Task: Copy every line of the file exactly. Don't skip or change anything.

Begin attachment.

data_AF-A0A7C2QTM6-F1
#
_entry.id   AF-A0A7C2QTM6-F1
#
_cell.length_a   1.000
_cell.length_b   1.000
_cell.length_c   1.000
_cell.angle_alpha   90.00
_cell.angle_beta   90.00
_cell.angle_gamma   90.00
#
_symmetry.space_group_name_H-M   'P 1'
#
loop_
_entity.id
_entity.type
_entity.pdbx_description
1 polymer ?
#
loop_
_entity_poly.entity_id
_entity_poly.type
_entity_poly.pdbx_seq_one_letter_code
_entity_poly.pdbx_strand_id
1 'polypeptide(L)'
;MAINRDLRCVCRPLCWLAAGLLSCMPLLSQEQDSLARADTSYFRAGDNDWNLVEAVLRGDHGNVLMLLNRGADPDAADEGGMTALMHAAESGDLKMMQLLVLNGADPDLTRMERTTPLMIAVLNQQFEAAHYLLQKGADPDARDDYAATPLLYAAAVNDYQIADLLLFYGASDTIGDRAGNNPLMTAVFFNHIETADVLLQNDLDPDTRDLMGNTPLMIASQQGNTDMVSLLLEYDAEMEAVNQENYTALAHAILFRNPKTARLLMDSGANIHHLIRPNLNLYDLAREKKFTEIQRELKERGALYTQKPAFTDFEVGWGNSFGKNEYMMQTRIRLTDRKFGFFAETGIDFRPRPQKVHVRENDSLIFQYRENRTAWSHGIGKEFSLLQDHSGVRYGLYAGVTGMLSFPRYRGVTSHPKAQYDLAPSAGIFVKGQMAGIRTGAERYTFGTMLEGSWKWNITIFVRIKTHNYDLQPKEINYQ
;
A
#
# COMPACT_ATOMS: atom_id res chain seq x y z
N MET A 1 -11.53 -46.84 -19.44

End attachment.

data_AF-A0A7C2QTM6-F1
#
_entry.id   AF-A0A7C2QTM6-F1
#
_cell.length_a   1.000
_cell.length_b   1.000
_cell.length_c   1.000
_cell.angle_alpha   90.00
_cell.angle_beta   90.00
_cell.angle_gamma   90.00
#
_symmetry.space_group_name_H-M   'P 1'
#
loop_
_entity.id
_entity.type
_entity.pdbx_description
1 polymer ?
#
loop_
_entity_poly.entity_id
_entity_poly.type
_entity_poly.pdbx_seq_one_letter_code
_entity_poly.pdbx_strand_id
1 'polypeptide(L)'
;MAINRDLRCVCRPLCWLAAGLLSCMPLLSQEQDSLARADTSYFRAGDNDWNLVEAVLRGDHGNVLMLLNRGADPDAADEGGMTALMHAAESGDLKMMQLLVLNGADPDLTRMERTTPLMIAVLNQQFEAAHYLLQKGADPDARDDYAATPLLYAAAVNDYQIADLLLFYGASDTIGDRAGNNPLMTAVFFNHIETADVLLQNDLDPDTRDLMGNTPLMIASQQGNTDMVSLLLEYDAEMEAVNQENYTALAHAILFRNPKTARLLMDSGANIHHLIRPNLNLYDLAREKKFTEIQRELKERGALYTQKPAFTDFEVGWGNSFGKNEYMMQTRIRLTDRKFGFFAETGIDFRPRPQKVHVRENDSLIFQYRENRTAWSHGIGKEFSLLQDHSGVRYGLYAGVTGMLSFPRYRGVTSHPKAQYDLAPSAGIFVKGQMAGIRTGAERYTFGTMLEGSWKWNITIFVRIKTHNYDLQPKEINYQ
;
A
#
# COMPACT_ATOMS: atom_id res chain seq x y z
N MET A 1 -11.53 -46.84 -19.44